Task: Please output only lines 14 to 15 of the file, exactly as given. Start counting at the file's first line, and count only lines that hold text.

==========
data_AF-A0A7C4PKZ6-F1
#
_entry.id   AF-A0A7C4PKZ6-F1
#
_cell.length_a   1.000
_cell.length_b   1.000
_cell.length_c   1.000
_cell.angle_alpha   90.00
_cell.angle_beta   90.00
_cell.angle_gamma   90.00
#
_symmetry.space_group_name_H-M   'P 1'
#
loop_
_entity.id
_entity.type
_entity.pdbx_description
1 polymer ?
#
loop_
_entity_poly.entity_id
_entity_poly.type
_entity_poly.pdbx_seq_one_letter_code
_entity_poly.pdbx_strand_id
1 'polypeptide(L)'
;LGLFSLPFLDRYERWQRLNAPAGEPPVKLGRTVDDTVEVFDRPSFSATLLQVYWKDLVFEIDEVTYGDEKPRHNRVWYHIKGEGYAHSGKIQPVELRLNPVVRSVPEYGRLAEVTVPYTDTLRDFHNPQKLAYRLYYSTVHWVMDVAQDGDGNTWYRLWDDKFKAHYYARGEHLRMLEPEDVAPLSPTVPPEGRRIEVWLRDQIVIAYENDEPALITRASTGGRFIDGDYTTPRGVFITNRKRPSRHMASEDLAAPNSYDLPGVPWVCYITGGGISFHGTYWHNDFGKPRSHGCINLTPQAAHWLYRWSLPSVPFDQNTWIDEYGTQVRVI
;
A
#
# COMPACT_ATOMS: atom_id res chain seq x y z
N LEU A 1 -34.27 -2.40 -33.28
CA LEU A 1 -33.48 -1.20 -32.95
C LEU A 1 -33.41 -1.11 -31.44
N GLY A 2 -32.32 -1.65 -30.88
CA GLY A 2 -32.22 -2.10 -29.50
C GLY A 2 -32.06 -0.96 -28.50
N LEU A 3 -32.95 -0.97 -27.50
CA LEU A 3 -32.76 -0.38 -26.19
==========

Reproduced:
loop_
_entity.id